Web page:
Monday, 4 April 2016

Honey Yoghurt Bread (Cold Fermentation) 蜂蜜优格吐司(低温发酵法)

Repeating the honey yoghurt bread recipe but using the cold or delayed fermentation method to allow the dough to absorb more liquid and to develop a nicer aroma and texture. This recipe also shared on the step-by-step demostration on hand kneading the dough.
Without a working bread maker at hand, I'll take this opportunity to refresh my hand kneading skill :)

Bread weight: 530g
Raw dough weight : 570g

All ingredients in room temperature 

65g water
3/4 tsp instant dry yeast

65g fresh milk
50g Greek natural yoghurt
30g beaten egg
30g fine sugar
12g honey
4g salt

280g bread flour
20g superfine wholegrain flour

30g unsalted butter

1. Sprinkle yeast over the 65g of water, without stirring, cover and stands for about 15 minutes.

After 15 minutes, the surface will be foamy indicating the yeast is healthy and active.

2. Pour all the ingredients, except the butter, in a mixing bowl. 

Stir the ingredients in one direction until they formed into a lump and pull away from the wall of the mixing bowl.

Cover and let the dough stands for about 15 minutes to absorb water.

3. After the 15-minute rest, knead the dough to smooth.
The dough would be sticky in the beginning, which will reduce after a few minutes of kneading. Wear a disposable glove to prevent the dough from sticking to your hands.

4. Spread out the dough and rub in the unsalted butter.

Continue to knead till the dough reaches window pane stage.

5. Shape into a ball by pulling down the side and tuck at the bottom.

Keep the dough in a plastic bag coated with a little oil in the interior. Squeeze out most of the air in the bag, and tie a loose knot at the opening.

Place the dough in a second layer of plastic bag to prevent the dough from drying up in the fridge.

6. Keep the dough in a covered bowl and place the dough in the fridge to undergo cold fermentation for 6 to 24 hours.

I placed the dough in the fridge at around 10 am, and took it out the next morning at 7am. Allow the dough to thaw in room temperature for about 1/2 to 1 hour.

7. While waiting for the dough to thaw, apply a thin coat of butter on the Pullman tin interior walls. Set aside.

8. Take out the dough from the plastic bag, and place on a floured work top.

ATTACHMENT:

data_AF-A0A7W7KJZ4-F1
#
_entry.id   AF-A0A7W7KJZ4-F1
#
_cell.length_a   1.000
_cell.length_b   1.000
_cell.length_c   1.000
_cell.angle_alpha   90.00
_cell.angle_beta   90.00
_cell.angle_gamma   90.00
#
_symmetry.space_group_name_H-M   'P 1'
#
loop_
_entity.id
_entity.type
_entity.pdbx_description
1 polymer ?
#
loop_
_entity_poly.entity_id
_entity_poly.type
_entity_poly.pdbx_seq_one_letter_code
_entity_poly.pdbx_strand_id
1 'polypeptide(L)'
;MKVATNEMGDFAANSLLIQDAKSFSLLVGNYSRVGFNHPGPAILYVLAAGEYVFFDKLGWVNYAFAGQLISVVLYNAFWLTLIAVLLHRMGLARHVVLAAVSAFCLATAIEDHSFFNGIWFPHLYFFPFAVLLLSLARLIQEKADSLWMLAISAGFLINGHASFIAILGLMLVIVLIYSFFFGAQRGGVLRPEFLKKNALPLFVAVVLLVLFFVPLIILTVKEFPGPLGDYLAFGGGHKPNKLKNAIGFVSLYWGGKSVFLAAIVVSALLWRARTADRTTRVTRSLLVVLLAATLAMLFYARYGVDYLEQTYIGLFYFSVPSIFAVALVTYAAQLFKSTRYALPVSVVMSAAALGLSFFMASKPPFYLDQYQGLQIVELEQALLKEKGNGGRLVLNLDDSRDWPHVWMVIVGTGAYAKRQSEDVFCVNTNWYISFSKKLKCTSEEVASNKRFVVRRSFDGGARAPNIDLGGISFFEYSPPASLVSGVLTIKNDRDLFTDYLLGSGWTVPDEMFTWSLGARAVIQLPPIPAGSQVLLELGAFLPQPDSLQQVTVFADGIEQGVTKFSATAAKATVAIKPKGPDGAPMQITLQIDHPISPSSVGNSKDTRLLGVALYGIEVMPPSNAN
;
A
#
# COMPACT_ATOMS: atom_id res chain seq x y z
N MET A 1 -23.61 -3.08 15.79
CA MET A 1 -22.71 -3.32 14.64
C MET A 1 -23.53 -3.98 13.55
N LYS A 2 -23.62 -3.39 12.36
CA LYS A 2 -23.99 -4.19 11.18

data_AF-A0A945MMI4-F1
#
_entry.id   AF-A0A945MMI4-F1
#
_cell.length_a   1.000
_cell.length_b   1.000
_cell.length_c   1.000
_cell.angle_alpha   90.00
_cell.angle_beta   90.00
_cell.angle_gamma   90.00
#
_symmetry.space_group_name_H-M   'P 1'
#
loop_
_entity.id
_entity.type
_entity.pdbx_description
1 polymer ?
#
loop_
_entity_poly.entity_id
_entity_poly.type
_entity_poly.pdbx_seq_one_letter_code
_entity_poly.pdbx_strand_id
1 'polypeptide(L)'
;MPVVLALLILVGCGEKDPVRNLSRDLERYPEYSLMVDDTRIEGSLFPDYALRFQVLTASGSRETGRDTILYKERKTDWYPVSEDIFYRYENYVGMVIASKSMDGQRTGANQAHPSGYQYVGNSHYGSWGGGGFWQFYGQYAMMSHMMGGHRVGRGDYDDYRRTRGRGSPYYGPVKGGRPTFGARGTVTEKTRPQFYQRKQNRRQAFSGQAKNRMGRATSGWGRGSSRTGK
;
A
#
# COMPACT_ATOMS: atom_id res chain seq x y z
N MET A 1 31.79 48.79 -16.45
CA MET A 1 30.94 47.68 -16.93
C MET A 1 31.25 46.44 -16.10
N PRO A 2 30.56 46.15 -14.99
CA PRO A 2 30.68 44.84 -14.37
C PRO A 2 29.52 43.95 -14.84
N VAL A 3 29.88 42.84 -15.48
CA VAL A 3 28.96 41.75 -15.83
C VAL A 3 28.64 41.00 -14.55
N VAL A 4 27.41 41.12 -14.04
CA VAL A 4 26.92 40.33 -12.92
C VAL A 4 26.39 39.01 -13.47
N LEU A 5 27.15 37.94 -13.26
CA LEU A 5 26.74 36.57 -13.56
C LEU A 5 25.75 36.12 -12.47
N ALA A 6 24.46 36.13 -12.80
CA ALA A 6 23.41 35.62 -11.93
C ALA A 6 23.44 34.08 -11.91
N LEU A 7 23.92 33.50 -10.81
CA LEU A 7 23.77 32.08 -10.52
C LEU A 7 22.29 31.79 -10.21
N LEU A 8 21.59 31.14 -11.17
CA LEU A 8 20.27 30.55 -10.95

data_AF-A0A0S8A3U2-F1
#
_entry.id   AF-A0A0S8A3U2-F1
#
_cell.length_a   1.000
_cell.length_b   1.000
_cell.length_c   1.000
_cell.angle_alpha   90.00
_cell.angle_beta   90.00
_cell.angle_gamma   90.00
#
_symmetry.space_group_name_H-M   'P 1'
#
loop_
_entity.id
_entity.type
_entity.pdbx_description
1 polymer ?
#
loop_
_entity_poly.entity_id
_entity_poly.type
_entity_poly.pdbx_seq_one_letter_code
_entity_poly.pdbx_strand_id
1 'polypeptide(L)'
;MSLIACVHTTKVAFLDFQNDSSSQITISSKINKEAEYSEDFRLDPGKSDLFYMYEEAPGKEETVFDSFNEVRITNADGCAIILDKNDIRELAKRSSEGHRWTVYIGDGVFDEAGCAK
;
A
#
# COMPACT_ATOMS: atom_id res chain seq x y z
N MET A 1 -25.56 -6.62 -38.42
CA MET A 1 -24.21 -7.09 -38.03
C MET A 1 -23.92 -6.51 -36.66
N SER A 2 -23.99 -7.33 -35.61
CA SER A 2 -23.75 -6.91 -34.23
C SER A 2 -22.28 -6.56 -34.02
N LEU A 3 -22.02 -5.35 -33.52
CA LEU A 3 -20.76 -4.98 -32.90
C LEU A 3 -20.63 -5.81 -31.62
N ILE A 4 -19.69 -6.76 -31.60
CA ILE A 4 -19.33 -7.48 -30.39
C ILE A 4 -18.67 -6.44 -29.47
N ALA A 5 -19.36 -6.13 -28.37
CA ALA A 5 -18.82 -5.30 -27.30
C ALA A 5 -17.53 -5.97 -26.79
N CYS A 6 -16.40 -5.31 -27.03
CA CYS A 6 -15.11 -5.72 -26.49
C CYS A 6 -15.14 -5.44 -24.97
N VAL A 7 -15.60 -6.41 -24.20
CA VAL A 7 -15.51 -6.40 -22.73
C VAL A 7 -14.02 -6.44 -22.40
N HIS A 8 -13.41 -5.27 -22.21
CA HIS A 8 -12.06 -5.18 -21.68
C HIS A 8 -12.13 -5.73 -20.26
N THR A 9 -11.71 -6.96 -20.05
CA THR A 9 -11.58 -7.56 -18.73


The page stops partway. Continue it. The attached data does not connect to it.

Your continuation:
The dough was still cold while I worked on it.

9. Flatten the dough to release the trapped air. Divide the dough into 3 equal portions, about 190g each.

10. Shape the dough into 3 balls by pulling down the sides, and seal at the  bottom.
Cover and let them rest for about 15 min.

11. Flatten the dough and roll out into a flat oval dough.

12. Roll up the dough from the shorter side, cover with a lid, and let it rest for 10 minutes.

13. After the rest, roll out the dough into a flat dough again. The shorter length of the dough should correspond to the shorter width of the Pullman tin. 

14. Flip the dough over so the smoother side will be facing out after rolling up. Roll up the dough from the shorter end. 

Place the dough into a greased non-stick Pullman tin. The open end of the dough should be facing down.

15. Spray some water over the dough and place the doughs in a closed oven.
Let the dough proof in a warm oven for about 90 ~ 105 minutes, or till the dough reaches close to the rim of the Pullman tin.
As the dough was cold, it needed longer raising time.

16. After the second proofing and the dough has reached close to the rim of the Pullman tin, remove the dough out of the oven. Preheat the oven to 170  degree Celsius.  And brush a coat of beaten egg or fresh milk over the dough.

17. Bake the dough at the lower rack of the oven at 170 degree Celsius for about 50 minutes. If your Pullman tin has a thinner wall, you can bake for about 40 minutes at the same temperature.

If the top of the dough brown too fast, around 30 minutes, you can cover the dough with an aluminum foil.

18. Remove the bread from the Pullman tin immediately after leaving the oven. Let the loaf cool down on a wire rack before slicing it.

 Recipe adapted from 
with appreciation :)

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